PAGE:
A very fun and very addicting game!!!


This post was inspired because Lifehacker just released their new Pack for Android, so be sure to check that out as well! And if you have your own favorite mobile apps, please comment and let me know about them!


  1. I’m a compsci who also hasn’t jumped on the smartphone bandwagon yet. People who know me, shake their heads in disbelief at my simple yet durable Nokia. But I only have to charge it once every 3 or 4 days, and less if I don’t use it much!

    Anyway, thanks for the post – can consider all these apps if I get a smartphone anytime soon :)

    For me, the software that has most recently changed my life is definitely Dropbox – and I hadn’t even considered it’s integration with a smartphone. Does it work for an iphone too? Anyway, since using Dropbox (coupled with a remote DB server), I have even stopped using Subversion, although that does still have its uses.

    My text editor of choice is Textpad 4.. it probably is similar to Notepad++.

  2. I believe they have Dropbox for iPhone as well. And I also agree that Dropbox is amazing and changes the way you use computers. For programs that I am developing by myself, I also always use Dropbox to sync between computers. But for work I have to use subversion because subversion allows you to edit conflicts and to revert to old revisions which is necessary when working with a team of people.

  3. Git works pretty well with dropbox. And yes, there ist an iPhone App for dropbox.

    Stick with emacs. It has a steep learning curve, but it’s totally worth it. There is even a mode for organizing todos ( and it also uses plain text files.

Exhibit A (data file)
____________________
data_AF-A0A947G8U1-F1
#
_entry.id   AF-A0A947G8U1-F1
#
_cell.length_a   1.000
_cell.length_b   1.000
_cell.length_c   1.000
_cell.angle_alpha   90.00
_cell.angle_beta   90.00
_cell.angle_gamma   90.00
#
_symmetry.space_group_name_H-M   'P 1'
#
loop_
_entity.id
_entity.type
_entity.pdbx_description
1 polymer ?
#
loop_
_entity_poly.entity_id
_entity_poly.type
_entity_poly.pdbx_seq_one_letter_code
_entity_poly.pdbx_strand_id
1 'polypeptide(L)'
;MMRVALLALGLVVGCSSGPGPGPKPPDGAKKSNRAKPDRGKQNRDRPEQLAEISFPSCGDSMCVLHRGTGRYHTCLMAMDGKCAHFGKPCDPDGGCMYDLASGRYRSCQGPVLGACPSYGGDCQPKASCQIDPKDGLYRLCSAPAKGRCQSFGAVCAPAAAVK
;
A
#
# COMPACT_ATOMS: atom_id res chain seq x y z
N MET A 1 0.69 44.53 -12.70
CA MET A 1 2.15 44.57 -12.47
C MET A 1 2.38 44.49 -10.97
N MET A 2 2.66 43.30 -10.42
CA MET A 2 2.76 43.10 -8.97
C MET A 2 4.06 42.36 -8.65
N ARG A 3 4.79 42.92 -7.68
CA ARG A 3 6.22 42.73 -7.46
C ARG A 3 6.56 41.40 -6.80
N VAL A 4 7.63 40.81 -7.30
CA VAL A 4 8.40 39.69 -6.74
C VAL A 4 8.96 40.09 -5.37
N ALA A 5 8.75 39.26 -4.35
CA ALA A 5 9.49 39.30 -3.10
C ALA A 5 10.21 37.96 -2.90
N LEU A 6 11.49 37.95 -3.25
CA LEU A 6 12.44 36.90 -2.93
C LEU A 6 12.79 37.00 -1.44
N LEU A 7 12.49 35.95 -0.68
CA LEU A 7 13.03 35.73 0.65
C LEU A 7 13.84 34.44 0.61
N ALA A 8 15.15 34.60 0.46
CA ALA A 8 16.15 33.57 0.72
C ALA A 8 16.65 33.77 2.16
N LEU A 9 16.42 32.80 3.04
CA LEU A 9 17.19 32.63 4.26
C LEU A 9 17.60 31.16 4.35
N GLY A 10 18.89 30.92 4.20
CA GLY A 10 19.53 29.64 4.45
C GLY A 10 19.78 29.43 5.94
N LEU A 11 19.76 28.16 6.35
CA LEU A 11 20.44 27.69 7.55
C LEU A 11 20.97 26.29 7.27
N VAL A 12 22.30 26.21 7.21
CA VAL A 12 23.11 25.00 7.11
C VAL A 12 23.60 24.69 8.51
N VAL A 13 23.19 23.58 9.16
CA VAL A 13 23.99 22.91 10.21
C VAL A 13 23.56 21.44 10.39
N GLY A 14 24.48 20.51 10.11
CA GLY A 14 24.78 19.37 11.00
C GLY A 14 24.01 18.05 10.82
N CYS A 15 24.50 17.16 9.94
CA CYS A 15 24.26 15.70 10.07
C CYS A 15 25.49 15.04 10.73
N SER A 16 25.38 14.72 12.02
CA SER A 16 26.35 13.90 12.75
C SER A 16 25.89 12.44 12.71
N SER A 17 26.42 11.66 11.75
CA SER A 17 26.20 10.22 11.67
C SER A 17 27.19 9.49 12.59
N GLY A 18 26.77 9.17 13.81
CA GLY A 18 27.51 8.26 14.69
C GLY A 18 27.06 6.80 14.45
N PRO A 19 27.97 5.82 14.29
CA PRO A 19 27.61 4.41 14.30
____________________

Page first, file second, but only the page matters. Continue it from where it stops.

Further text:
4. Great, I’ll refer the iPhone app to someone who was unable to send me a file any other way! :)

    That’s a good point regarding Dropbox versus Subversion – I guess most of my programming projects have been just me working on them, or they have been remote-based anyway. Editing conflicts would be the next step up for Dropbox, rather than just labelling them! (You should be able to revert to old versions though, although it’s not something I have done much).

    I also like that you can add comments to Subversion when you commit a revision.

  5. whoa…a palm phone is all I need. Although when it breaks, I will get a iphone to sync with my ipad. As far as apps go… who needs them. :) I use my notebook, my corculous, my reader, and my mail and internet site. I have dropbox on my computer, but don’t know what it is for. My geeky daughter has her work cut out for her to “TEACH” me how to be a geek. :) LUBM

  6. You have an iPad. That already qualifies you as being more techy than 50% of the rest of the your generation. At least. And don’t worry. I won’t have to work hard to teach you to be a geek. All I have to do is install tons of awesome apps on your iPad when I come home, and that will convince you.